Powered by the advances of optical remote sensing sensors, the production of very high spatial resolution multispectral images provides great potential for achieving cost-efficient and high-accuracy forest inventory and analysis in an automated way. Lots of studies that aim at providing an inventory to the level of each individual tree have generated a variety of methods for Individual Tree Crown Detection and Delineation (ITCD). This review covers ITCD methods for detecting and delineating individual tree crowns, and systematically reviews the past and present of ITCD-related researches applied to the optical remote sensing images. With the goal to provide a clear knowledge map of existing ITCD efforts, we conduct a comprehensive review of recent ITCD papers to build a meta-data analysis, including the algorithm, the study site, the tree species, the sensor type, the evaluation method, etc. We categorize the reviewed methods into three classes: (1) traditional image processing methods (such as local maximum filtering, image segmentation, etc.); (2) traditional machine learning methods (such as random forest, decision tree, etc.); and (3) deep learning based methods. With the deep learning-oriented approaches contributing a majority of the papers, we further discuss the deep learning-based methods as semantic segmentation and object detection methods. In addition, we discuss four ITCD-related issues to further comprehend the ITCD domain using optical remote sensing data, such as comparisons between multi-sensor based data and optical data in ITCD domain, comparisons among different algorithms and different ITCD tasks, etc. Finally, this review proposes some ITCD-related applications and a few exciting prospects and potential hot topics in future ITCD research.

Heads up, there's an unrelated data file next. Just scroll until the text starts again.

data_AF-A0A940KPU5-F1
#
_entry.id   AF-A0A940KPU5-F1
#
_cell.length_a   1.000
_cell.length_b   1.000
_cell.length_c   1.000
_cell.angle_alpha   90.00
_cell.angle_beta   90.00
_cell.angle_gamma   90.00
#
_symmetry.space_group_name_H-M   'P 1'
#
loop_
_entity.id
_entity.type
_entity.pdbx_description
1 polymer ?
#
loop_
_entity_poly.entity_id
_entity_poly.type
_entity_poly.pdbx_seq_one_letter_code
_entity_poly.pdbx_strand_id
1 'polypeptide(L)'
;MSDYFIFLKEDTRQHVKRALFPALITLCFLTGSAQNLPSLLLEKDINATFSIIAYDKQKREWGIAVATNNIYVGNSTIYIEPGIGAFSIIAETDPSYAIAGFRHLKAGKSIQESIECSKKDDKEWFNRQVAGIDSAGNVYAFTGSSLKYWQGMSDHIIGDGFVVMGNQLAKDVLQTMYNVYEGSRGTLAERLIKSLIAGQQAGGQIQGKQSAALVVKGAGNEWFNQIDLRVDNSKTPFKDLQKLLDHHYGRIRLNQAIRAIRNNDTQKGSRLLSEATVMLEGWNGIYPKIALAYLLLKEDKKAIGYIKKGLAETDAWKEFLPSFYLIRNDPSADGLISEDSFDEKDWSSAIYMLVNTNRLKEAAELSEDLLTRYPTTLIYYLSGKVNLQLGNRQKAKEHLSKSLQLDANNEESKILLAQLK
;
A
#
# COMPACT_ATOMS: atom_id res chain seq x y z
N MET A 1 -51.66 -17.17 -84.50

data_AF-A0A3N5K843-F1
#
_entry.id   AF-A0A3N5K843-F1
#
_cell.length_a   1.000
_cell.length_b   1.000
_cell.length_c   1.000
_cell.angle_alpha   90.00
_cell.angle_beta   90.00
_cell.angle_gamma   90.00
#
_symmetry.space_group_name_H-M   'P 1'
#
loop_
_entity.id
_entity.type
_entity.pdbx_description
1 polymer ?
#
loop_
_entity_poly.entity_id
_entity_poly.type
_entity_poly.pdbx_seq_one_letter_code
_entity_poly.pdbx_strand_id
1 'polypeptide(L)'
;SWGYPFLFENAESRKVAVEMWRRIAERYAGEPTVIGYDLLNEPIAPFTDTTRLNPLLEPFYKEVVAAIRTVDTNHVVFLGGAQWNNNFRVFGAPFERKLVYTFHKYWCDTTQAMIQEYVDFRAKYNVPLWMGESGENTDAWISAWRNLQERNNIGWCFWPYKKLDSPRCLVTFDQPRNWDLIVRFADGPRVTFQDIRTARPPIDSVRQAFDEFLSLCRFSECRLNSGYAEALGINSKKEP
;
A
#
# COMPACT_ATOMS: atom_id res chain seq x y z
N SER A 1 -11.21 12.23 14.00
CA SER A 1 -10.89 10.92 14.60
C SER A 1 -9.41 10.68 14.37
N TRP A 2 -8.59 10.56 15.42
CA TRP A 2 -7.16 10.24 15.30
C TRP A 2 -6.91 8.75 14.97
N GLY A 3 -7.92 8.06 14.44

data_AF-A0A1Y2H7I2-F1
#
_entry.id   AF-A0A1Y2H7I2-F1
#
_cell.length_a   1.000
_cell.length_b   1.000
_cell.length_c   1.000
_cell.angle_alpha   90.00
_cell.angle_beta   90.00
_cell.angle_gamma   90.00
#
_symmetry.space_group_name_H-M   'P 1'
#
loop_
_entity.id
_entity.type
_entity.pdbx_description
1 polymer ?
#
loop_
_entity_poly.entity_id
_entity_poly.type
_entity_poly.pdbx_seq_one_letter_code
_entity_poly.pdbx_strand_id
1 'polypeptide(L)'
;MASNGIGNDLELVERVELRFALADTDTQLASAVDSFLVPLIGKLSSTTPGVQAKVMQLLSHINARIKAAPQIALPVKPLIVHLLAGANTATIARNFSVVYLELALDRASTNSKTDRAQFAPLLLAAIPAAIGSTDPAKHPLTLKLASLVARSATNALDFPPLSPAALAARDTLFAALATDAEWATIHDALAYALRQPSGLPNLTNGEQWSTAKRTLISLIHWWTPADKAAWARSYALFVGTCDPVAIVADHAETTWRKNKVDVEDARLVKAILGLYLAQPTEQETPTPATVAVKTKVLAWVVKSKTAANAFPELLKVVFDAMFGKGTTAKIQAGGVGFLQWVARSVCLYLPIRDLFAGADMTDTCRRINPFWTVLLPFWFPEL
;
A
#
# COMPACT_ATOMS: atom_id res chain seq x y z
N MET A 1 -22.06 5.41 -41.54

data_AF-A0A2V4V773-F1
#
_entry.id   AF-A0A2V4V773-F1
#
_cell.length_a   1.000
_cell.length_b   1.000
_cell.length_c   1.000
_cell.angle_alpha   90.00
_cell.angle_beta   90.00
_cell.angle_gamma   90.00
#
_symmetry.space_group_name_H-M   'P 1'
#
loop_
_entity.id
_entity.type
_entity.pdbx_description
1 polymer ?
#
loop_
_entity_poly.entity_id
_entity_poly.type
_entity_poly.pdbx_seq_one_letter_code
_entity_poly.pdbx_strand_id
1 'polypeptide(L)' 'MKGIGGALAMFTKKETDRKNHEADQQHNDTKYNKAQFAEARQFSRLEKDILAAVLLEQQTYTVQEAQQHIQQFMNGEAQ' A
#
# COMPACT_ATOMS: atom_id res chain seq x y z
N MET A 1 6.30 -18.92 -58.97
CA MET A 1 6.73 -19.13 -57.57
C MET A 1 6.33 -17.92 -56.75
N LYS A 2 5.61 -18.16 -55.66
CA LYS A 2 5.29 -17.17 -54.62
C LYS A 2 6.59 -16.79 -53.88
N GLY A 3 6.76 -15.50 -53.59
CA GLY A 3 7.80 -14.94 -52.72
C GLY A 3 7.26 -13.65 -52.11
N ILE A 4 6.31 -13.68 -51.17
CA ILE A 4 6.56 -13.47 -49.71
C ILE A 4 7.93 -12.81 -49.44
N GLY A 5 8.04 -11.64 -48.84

The integration of visual encoders and large language models (LLMs) has driven recent progress in multimodal large language models (MLLMs). However, the scarcity of high-quality instruction-tuning data for vision-language tasks remains a challenge. The current leading paradigm, such as LLaVA, relies on language-only GPT-4 to generate data, which requires pre-annotated image captions and detection bounding boxes, suffering from understanding image details. A practical solution to this problem would be to utilize the available multimodal large language models (MLLMs) to generate instruction data for vision-language tasks. However, it's worth noting that the currently accessible MLLMs are not as powerful as their LLM counterparts, as they tend to produce inadequate responses and generate false information. As a solution for addressing the current issue, this paper proposes the Visual Instruction Generation and Correction (VIGC) framework that enables multimodal large language models to generate instruction-tuning data and progressively enhance its quality on-the-fly. Specifically, Visual Instruction Generation (VIG) guides the vision-language model to generate diverse instruction-tuning data. To ensure generation quality, Visual Instruction Correction (VIC) adopts an iterative update mechanism to correct any inaccuracies in data produced by VIG, effectively reducing the risk of hallucination. Leveraging the diverse, high-quality data generated by VIGC, we finetune mainstream models and validate data quality based on various evaluations. Experimental results demonstrate that VIGC not only compensates for the shortcomings of language-only data generation methods, but also effectively enhances the benchmark performance. The models, datasets, and code are available at https://opendatalab.github.io/VIGC.